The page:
- A new cohort of digital-native insurance agents
The Insurance Agency market has been going through tremendous shifts. Over the last two decades, the total number of independent agencies has decreased by over 10%. At the same time, generational shifts are also occurring, with the children of Baby Boomer agency owners taking over. These digital-native agents are coming in with a very different set of expectations for the insurers that their agencies do business with. With stronger digital expertise comes higher expectations for digital touchpoints and low-touch/ self-service channels. Insurers that want to win the hearts, minds, and business of the new generation of insurance agents must set up modern interfaces and friendly, engaging user experiences.
These new distribution partners and insurance agents will have the industry know-how and digital can-do to rapidly respond to both opportunities and threats, thus making them critical players in any Specialty Insurer’s play in the digital ecosystem.
Q3: What capabilities does my organization need to leverage new distribution possibilities for our products?
Organizations looking to grow their Specialty Insurance business by leveraging new distribution channels must be able to do the following:
- Rapidly launch differentiated products
- Build and equip specialized distribution outlets to produce business at scale
- Streamline rate-quote-bind-issue processes by leveraging automation and cutting-edge data and analytical services
- Possess the ability to modify hyper-specialized products and process settings at an almost constant basis.
Accomplishing the above requires that specialty insurers move beyond their current Excel/Spreadsheet Raters, as they are not built to support such needs. Additionally, if APIs are important for Rating and other services such as Quoting and Account Service, these integration capabilities are also not supported by Legacy/Excel Rating technologies.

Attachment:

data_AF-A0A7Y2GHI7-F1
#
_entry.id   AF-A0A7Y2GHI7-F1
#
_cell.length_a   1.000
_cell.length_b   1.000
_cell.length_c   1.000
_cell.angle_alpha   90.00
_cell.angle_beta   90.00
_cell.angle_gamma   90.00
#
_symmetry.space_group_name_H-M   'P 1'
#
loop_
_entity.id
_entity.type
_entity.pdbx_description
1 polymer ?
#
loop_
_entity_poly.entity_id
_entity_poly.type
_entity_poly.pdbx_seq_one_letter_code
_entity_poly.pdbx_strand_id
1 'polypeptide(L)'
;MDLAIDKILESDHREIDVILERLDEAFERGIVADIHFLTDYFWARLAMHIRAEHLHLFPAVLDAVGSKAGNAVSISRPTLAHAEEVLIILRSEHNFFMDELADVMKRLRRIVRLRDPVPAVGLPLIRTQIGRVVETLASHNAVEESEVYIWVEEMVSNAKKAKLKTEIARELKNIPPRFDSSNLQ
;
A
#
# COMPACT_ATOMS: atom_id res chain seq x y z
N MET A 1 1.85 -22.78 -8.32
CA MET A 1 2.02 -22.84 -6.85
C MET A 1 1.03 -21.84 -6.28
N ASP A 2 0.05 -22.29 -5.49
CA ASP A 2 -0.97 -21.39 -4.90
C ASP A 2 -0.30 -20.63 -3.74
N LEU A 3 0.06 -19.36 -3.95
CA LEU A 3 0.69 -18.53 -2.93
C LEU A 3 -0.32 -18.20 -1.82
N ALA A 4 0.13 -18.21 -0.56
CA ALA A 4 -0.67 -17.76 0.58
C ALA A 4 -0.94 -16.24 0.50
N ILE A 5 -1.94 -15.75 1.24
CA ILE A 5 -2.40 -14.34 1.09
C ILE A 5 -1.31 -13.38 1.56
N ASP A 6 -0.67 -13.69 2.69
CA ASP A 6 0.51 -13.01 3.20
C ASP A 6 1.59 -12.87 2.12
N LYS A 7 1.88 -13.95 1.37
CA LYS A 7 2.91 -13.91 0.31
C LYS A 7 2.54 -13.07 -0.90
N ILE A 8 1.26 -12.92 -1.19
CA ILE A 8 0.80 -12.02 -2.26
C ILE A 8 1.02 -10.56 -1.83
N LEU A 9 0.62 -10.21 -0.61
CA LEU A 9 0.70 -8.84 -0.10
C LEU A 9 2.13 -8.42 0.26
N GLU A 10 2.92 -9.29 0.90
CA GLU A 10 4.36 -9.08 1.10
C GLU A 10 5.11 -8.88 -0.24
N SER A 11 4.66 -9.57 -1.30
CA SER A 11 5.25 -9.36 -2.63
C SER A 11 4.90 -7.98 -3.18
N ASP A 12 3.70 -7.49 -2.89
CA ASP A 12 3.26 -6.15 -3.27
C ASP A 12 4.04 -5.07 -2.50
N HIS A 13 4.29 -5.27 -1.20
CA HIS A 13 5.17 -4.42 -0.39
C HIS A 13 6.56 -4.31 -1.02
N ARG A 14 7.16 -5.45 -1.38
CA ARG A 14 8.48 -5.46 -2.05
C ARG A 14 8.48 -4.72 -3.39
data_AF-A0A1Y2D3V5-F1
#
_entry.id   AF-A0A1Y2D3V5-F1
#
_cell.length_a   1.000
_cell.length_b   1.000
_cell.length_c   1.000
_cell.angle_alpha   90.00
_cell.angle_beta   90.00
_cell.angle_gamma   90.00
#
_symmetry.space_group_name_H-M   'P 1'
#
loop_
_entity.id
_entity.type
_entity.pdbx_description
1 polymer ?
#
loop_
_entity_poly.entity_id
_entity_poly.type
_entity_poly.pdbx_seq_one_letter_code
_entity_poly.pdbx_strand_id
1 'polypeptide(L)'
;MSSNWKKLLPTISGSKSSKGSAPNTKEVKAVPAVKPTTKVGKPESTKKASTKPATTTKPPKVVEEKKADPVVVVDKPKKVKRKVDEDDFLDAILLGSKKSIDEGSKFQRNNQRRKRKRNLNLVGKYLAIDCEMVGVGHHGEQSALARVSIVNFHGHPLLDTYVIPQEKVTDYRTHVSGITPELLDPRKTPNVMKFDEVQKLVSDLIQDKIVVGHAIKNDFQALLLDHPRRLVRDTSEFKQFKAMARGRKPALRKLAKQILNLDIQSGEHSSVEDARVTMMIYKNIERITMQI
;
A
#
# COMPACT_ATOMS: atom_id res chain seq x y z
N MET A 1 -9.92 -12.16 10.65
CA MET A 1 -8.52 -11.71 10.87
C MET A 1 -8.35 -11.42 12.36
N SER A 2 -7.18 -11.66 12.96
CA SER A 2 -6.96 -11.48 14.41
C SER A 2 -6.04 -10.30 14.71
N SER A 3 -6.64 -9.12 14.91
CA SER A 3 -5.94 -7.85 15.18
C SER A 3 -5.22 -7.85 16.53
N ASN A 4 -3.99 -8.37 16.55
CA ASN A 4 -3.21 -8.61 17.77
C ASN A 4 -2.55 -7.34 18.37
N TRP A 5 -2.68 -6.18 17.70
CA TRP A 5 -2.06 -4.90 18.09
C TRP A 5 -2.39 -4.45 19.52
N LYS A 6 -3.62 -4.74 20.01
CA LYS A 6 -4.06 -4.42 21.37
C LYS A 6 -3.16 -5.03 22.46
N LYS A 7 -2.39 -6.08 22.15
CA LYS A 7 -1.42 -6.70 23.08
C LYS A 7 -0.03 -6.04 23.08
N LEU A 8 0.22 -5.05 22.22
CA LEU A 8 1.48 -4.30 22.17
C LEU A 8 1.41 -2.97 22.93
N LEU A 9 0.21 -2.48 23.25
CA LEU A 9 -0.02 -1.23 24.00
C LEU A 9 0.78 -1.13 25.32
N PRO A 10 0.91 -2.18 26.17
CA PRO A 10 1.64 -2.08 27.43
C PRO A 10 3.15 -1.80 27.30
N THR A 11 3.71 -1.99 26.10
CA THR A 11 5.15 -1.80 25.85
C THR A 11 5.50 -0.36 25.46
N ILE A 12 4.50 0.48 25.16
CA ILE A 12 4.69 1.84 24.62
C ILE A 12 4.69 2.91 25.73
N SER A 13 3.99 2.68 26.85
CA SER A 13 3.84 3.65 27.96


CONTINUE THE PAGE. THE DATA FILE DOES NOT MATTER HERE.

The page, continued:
Q4: How do I assess the readiness of my rating capabilities?
When assessing your rating capabilities, some key questions to ask include:
- Are my rating capabilities securely accessible for use by the following?
- Globally distributed teams of Underwriting assistants
- Data Entry analysts
- Is the right level of Governance & Controls possible for various versions and variants of my Raters? In other words, are all Proposals at different offices consistently generated off the correct version of Raters?
- Can my raters enable partner developers to rapidly build their own transactional front ends?
- Can my raters easily integrate with systems within the IT landscape?
Q5: How do I assess the readiness of my rate-quote-bind-issue process?
When assessing the efficiency and effectiveness of your rate-quote-bind-issue process, some key questions to ask include:
- Does my process support a simplified quoting process that can speedily get quotes out the door?
- During the rate-quote-bind-issue process, are agents consistently applying the right set of validations thereby reducing errors and price leakages when quoting accounts?
- Can agents easily access 3rd party information as needed for underwriting and rating, and apply this information contextually and seamlessly into their processes?
Overcoming the challenges of the digital era
Meeting the needs of digital customers is essential for growth, especially for Specialty Insurers whose competitive edge is dependent on how well they understand and respond to the demands of their niche markets. As digital ecosystems continue to take shape, it becomes increasingly imperative for Specialty insurers to embrace new technologies, modernize insurance product development, and tap into emerging distribution channels.
Since a key part of the Specialty Insurance business is how the insurer underwrites and rates the business, modernizing the insurance raters—which is often an Excel spreadsheet—is a good place to start. Replacing these legacy raters will undoubtedly inject speed into product development and market launch; bring automation into the rate-quote-bind-issue process; and make is possible to leverage APIs to expand the distribution and partnership network.
Staying abreast of the disruptive forces in your industry is one thing. Making the right technology investments to position your organization to capture the market opportunities emerging from these disruptive forces is another. If you want to win in the digital ecosystem era, embracing the latter is nonnegotiable.
Ready to take your rating capabilities to the next level? See how Bizdynamics can help get you there!